Gout: What it Is, How it’s Treated, and How to Prevent It

Gout is one of those diseases that we don’t hear a lot about. In fact, it kind of has that same old-timey sound to it as consumption or pleurisy. It’s a disease that sounds like it belongs to another era, like something obsolete and no longer in existence.

The reality is that gout is still very prevalent today, affecting some 3.9 percent of adults in the United States. What exactly is gout, what causes it, and how is it treated?

gout

 

What is Gout?

Gout is considered a type of arthritis that causes severe pain, redness, and tenderness in the joints. It most commonly affects the joint at the base of the big toe and can make it very difficult to walk. The disease is more common in men, but women also become more prone to the disease after menopause. Attacks of gout often occur suddenly, and can last for several weeks and even months. It’s also possible to have recurring attacks, once the initial attack has passed.

 

What Causes Gout?

Gout is caused by an excess of uric acid in your blood, which accumulates in your joints. Your body produces uric acid when you break down substances called purines, which occur naturally in your body. Purines are also introduced to your body through diet; and the foods that contain high amounts of purines include organ meats, steak, seafood, beer, wine, and foods and beverages with high concentrations of fructose.

Your body normally processes uric acid in your kidneys, and removes it from your body in the urine. Unfortunately, sometimes levels of uric acid are so high that your body can’t process it all and it builds up in your joints. While this buildup and pain can occur anywhere in your body, it seems to happen most often in the large joint of the big toe.

When you look at the types of high-purine foods, you can see why gout was originally considered the disease of the rich – because only the wealthy could afford to eat those foods in quantities high enough to cause uric acid to build up in the blood. Today, as more people have access to high-purine foods, and at higher quantities, gout has become more prevalent in “common” people.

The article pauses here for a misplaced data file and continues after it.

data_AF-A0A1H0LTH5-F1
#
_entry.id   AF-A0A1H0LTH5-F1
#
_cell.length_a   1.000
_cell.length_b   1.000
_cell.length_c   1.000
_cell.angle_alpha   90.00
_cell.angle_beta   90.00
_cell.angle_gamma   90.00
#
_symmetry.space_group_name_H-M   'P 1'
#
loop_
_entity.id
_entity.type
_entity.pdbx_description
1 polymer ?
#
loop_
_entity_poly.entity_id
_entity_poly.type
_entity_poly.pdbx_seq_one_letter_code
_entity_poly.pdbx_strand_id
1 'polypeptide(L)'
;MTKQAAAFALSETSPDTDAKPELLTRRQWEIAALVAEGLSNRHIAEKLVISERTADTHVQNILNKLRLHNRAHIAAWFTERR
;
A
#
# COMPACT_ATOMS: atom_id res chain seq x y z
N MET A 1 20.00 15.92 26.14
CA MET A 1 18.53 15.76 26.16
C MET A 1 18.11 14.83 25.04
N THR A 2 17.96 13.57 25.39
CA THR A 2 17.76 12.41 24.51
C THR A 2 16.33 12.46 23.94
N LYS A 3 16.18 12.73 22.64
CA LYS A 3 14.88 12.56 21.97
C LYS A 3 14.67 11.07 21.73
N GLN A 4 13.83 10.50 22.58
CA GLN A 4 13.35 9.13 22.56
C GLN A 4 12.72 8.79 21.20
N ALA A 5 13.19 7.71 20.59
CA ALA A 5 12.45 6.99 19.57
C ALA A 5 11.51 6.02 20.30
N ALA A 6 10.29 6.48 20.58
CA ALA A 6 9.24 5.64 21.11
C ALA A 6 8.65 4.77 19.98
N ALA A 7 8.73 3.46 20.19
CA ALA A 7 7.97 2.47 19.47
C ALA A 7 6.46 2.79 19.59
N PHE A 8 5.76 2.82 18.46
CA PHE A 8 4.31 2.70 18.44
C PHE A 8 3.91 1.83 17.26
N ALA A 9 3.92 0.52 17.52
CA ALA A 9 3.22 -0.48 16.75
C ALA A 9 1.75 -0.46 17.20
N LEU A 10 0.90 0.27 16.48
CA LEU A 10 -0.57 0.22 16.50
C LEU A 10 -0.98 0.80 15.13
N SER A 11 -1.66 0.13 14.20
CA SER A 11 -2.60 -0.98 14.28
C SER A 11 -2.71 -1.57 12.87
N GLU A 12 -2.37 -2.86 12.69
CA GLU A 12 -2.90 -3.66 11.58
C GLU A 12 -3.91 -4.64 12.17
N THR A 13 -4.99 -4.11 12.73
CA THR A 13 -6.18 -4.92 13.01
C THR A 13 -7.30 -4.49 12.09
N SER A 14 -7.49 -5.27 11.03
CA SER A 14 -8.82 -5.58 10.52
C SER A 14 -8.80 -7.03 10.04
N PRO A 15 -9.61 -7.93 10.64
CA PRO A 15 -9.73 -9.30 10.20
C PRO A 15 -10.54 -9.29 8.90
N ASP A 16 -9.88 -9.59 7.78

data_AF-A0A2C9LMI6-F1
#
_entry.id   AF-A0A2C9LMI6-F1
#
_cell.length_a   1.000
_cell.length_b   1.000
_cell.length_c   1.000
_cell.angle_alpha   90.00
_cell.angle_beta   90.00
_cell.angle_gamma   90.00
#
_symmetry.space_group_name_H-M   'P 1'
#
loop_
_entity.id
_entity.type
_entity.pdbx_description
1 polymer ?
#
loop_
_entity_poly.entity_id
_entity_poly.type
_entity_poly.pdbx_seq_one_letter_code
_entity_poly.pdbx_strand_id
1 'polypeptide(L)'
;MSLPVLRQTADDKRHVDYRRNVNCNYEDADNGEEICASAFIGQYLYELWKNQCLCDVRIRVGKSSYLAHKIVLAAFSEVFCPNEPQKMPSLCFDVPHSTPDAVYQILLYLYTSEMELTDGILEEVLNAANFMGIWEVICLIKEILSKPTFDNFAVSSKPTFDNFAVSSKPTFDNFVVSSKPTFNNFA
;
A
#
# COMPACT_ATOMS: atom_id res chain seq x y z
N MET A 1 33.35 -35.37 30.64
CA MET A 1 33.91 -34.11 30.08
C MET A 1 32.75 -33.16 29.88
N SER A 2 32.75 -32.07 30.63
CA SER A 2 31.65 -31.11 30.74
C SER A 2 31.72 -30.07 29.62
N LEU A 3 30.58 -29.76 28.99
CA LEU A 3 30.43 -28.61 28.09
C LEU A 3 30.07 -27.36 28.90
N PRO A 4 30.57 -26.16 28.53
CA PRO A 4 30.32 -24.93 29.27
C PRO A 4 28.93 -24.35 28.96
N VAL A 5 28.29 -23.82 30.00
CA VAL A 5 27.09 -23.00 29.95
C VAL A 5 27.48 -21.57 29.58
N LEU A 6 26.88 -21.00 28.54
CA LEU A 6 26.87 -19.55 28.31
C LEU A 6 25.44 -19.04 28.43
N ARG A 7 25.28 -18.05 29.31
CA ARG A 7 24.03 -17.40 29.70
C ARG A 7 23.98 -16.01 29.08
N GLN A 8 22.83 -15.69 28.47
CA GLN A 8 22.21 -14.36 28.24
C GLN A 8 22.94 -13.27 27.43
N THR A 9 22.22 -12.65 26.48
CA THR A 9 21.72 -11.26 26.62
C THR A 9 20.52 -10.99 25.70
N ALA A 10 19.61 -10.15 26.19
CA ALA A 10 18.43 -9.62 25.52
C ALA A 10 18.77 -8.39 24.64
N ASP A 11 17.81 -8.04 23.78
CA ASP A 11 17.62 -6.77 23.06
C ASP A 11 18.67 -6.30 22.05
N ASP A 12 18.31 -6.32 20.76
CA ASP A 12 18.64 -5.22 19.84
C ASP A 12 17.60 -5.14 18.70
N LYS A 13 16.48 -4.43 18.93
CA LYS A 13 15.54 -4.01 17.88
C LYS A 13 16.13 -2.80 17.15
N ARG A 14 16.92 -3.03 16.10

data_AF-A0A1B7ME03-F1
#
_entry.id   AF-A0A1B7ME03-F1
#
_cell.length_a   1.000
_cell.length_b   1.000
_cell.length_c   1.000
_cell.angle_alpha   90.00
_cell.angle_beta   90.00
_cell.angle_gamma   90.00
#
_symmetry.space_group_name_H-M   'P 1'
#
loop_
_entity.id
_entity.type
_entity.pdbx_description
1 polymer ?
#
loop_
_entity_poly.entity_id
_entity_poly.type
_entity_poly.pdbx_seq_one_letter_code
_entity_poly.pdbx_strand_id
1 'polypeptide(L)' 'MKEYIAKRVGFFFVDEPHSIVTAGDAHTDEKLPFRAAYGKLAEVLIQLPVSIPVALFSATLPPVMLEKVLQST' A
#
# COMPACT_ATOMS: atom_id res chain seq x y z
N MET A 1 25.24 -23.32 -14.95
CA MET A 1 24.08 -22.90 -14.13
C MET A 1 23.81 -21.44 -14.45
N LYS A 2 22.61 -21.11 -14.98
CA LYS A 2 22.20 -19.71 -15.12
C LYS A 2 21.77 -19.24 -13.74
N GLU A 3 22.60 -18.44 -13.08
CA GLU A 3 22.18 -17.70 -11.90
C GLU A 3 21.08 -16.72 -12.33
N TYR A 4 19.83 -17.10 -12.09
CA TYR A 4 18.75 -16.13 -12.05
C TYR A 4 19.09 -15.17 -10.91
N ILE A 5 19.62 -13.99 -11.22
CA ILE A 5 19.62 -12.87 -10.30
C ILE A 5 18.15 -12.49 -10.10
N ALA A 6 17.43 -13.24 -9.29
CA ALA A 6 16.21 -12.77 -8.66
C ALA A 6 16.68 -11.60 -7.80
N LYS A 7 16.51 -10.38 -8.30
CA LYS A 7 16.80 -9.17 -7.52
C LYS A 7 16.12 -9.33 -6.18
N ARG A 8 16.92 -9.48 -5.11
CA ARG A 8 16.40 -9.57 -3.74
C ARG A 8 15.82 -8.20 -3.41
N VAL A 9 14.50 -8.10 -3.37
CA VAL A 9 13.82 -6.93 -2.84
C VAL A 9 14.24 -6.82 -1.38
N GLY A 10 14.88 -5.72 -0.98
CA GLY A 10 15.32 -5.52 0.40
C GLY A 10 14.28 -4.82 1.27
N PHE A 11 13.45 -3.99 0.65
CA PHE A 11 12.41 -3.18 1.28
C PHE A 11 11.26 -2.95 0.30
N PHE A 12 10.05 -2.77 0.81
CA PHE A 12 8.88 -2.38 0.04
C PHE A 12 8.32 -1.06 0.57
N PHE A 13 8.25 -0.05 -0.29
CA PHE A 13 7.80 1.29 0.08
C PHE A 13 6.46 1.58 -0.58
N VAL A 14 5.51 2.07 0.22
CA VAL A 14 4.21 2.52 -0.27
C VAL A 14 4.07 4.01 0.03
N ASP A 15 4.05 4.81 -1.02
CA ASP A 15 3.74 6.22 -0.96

How Gout is Treated

There are two ways to treat gout. One way treats the pain caused by the gout, and the other helps remove uric acid from the blood stream, or prevent the body from producing more uric acid.

 

Pain Killers

Pain killers don’t reduce the amount of uric acid in the joints, but they can make the pain more bearable until the uric acid clears your system.

Over-the-counter nonsteroidal anti-inflammatory drugs (NSAIDs) are most-commonly recommended for gout because they are effective and relatively fewer side-effects than other drugs. However, if over-the-counter ibuprofen or naproxen sodium do not work, your doctor might prescribe a prescription NSAID like indomethacin or celecoxib.

 

Colchicine is a drug that is prescribed specifically for gout pain, and it is considered effective, but it also has nasty side effects like nausea, vomiting, and diarrhea.

 

Corticosteroids are also prescribed for gout pain and inflammation, and are often used when people can’t take NSAIDs or Colchicine.

You can also find natural remedy for gout pain and other symptoms from natural food stores, drug stores, holistic grocers, and online retailers.

 

Uric Acid Reducers

Your doctor might prescribe a special gout diet to reduce the amount of purines that you consume, and help reduce the amount of uric acid in your blood. In addition to the diet he might also prescribe uric acid-reducing medications, especially if it appears that diet alone is not helping.

The medications that block uric acid production are designed to limit the amount of uric acid your body makes naturally, which should lower the amount of citric acid in your blood. It should also reduce your risk of having another bout of gout, especially when combined with the gout diet.

The medications that boost uric acid removal stimulate your kidneys to pull more uric acid from your blood and into your urine. Just like the drugs that block uric acid production, these drugs could reduce your risk of having another bout of gout.

Although these drugs can relieve your gout, they are not without side effects. The drugs that block uric acid production can cause rash, nausea, and impaired liver function. The drugs that reduce the amount of uric acid in your blood can cause rash, stomach pain, and kidney stones.

Doctors generally try to treat with diet first, and resort to drugs if the diet is not working, or if you are prone to recurring bouts every year.

Preventing Gout

Because gout is usually associated with diet, there are several dietary changes that you can make to reduce your risk – especially if you have a family history of gout.

  • Limit your alcohol consumption, especially beer;
  • Limit your meat consumption and avoid high-protein diets. You don’t have to go vegetarian, but avoid going over the recommended daily intake of meats, fish, and seafood;
  • Choose low-fat dairy products over the full-fat version; and,
  • Drink plenty of fluids, especially water, which help your kidneys pull waste products out of the blood.


Article by Jennifer Smith

One Response
  1. January 1, 2015

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